I was listening to Tim Ferris’s podcast with Jason Khalipa and they brought up the topic of the “AMRAP Mentality. For those of you who don’t know who Jason is, he has competed in the Crossfit Games 8 times, he is the owner of NC Fit, and is an amazing husband and father from the looks of it; just an all-around badass. Jason came up with what is called the “ AMRAP Mentality” when he realized he was spreading himself too thin from being a competitor to a businessman to a husband. As I was listening to him talk about this I related so much to what he was saying, as I’m sure you can too. It’s extremely hard, especially nowadays with everything that is trying to grab at our attention, to really focus on the task at hand and give it you’re all.
During an AMRAP in CrossFit, you have a certain amount of time to complete as many rounds or reps as you possibly can, whether that be a single exercise or a circuit. In that time frame, your only focus is that exercise; the only thing on your mind is giving everything you’ve got to the task at hand. This concept can be transferred to life outside of the gym. The goal of the AMRAP Mentality is to give everything you have to what you’re doing and being present in the moment no matter what you have to do next. This means, for me, when I am writing blog posts or creating a workout split for a client I am not on my phone every five minutes or thinking of the next thing I have to do that day. I am putting all my effort into the task at hand. This goes for when I am spending time with my family or a close friend as well. If I am implementing the AMRAP Mentality I will make sure that my mind is not wandering off as I’m having a conversation with a someone I care about and I’m not scheduling a meeting with Ethan while having dinner with my family. It means I am giving the people I’m around my undivided attention when I have the opportunity to spend time with them.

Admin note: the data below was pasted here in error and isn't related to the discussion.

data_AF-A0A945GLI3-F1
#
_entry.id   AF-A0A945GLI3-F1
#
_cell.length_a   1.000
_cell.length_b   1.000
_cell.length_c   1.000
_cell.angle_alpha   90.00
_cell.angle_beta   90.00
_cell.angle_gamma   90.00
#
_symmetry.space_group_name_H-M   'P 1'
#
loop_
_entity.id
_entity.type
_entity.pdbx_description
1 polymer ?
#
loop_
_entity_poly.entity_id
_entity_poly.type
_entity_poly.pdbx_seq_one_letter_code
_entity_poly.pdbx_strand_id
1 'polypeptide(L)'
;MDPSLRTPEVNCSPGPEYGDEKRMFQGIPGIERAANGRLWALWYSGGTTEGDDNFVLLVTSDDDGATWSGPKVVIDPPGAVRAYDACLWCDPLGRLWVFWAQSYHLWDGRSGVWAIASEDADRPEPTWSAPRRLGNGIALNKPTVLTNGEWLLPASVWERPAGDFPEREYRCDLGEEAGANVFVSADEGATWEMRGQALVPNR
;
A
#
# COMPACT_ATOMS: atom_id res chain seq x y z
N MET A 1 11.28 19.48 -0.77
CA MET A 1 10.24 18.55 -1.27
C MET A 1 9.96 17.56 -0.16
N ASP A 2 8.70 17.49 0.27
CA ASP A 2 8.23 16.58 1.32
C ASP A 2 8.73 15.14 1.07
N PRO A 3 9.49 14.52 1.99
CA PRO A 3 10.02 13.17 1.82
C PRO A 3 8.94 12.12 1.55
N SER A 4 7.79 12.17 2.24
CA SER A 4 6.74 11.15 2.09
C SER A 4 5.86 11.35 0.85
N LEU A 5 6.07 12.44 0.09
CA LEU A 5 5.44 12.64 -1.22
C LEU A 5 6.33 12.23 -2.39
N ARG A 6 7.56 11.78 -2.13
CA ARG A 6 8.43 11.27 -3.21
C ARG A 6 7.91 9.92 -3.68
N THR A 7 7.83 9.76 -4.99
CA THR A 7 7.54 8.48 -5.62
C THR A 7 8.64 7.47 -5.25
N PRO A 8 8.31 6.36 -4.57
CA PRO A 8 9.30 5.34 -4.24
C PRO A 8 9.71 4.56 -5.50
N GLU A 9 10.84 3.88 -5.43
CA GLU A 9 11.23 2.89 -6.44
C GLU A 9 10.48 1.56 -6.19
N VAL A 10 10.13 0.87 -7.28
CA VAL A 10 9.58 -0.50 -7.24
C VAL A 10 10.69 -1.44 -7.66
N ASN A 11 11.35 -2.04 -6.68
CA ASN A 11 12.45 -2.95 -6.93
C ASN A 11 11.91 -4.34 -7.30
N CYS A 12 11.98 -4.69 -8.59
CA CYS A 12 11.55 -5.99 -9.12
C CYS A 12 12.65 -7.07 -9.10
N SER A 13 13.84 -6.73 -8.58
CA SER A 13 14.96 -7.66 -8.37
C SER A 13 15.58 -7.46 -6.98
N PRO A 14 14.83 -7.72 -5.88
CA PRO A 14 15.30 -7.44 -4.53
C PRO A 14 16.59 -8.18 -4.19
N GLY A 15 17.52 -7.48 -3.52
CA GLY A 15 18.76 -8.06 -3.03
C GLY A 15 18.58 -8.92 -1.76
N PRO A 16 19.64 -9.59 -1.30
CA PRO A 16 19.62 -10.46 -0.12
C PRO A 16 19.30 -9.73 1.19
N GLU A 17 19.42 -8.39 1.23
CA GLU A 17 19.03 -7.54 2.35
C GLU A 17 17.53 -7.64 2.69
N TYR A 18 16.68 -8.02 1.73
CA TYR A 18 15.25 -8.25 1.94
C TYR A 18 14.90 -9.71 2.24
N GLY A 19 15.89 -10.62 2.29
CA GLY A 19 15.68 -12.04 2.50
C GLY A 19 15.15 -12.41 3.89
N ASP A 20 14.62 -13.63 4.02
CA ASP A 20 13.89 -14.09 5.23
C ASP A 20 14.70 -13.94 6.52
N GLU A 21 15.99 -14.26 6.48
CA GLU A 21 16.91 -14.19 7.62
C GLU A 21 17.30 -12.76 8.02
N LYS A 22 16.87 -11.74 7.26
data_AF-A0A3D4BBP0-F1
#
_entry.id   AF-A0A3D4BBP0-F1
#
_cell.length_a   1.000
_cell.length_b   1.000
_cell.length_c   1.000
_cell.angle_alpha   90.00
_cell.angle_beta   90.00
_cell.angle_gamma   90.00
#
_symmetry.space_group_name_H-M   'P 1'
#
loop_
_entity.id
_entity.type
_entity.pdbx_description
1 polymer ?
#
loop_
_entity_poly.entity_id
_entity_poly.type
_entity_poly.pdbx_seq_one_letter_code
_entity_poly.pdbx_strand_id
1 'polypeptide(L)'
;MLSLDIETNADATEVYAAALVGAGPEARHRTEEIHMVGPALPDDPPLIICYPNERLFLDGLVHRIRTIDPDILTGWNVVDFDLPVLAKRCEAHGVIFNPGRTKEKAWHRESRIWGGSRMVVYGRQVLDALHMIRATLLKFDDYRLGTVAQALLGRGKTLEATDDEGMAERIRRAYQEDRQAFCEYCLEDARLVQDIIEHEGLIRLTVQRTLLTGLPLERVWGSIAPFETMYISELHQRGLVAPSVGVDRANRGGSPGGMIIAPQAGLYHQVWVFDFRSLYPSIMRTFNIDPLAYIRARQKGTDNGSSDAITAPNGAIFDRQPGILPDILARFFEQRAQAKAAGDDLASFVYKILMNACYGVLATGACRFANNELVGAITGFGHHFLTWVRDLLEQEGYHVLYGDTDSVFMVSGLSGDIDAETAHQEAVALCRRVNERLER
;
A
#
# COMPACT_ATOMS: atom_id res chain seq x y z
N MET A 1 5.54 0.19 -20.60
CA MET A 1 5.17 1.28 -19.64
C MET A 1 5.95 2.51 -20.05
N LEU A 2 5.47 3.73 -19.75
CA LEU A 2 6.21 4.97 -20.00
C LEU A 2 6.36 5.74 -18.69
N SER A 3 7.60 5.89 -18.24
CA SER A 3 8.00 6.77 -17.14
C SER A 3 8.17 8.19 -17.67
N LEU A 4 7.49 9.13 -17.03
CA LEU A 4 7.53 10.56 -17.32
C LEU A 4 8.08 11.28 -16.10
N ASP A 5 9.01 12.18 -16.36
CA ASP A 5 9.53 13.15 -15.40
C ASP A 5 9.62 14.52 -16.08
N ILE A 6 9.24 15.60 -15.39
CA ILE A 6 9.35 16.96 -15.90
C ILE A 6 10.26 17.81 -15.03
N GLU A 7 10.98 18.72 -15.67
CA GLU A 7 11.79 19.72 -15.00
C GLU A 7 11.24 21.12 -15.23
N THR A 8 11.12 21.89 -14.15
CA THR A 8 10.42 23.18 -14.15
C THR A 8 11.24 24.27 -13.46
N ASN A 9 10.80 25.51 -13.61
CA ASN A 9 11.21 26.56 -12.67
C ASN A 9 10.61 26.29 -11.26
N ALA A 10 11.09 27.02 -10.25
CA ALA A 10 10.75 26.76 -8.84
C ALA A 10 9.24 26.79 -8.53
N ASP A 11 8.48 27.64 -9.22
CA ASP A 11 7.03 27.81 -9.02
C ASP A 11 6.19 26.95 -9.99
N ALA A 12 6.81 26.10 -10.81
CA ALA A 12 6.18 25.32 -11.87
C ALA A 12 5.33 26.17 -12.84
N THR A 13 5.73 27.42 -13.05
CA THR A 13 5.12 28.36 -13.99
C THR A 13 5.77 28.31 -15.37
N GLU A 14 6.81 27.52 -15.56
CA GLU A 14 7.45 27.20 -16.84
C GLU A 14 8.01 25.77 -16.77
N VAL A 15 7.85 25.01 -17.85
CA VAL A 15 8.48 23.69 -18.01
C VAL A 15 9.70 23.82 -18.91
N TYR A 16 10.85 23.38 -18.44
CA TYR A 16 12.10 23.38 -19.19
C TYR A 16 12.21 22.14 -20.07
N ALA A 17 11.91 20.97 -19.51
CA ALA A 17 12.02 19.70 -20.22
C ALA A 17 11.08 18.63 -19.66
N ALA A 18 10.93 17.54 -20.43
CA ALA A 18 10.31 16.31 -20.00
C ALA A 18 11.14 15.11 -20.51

The last thing Jason mentioned about the AMRAP mentality was checking in with yourself after you’ve completed the task. In CrossFit, after you finish an AMRAP, you write your score on the board next to everyone else’s so you can see how much you need to improve to win and the progress you’ve made since the last time you did that workout. Just like in the gym, after you complete whatever you were doing make sure you write your “score” on your board. Ask yourself “did I do everything I could to win?”. If you did, great. If you could have given more of yourself to whatever you were doing make a mental note of it and check your progress the next time. For me, implementing the AMRAP mentality has become a focus of mine so that no matter what the task at hand is I am giving it my all.
Blue skies and tailwinds,
Sierra (AKA, Little Miss Gains)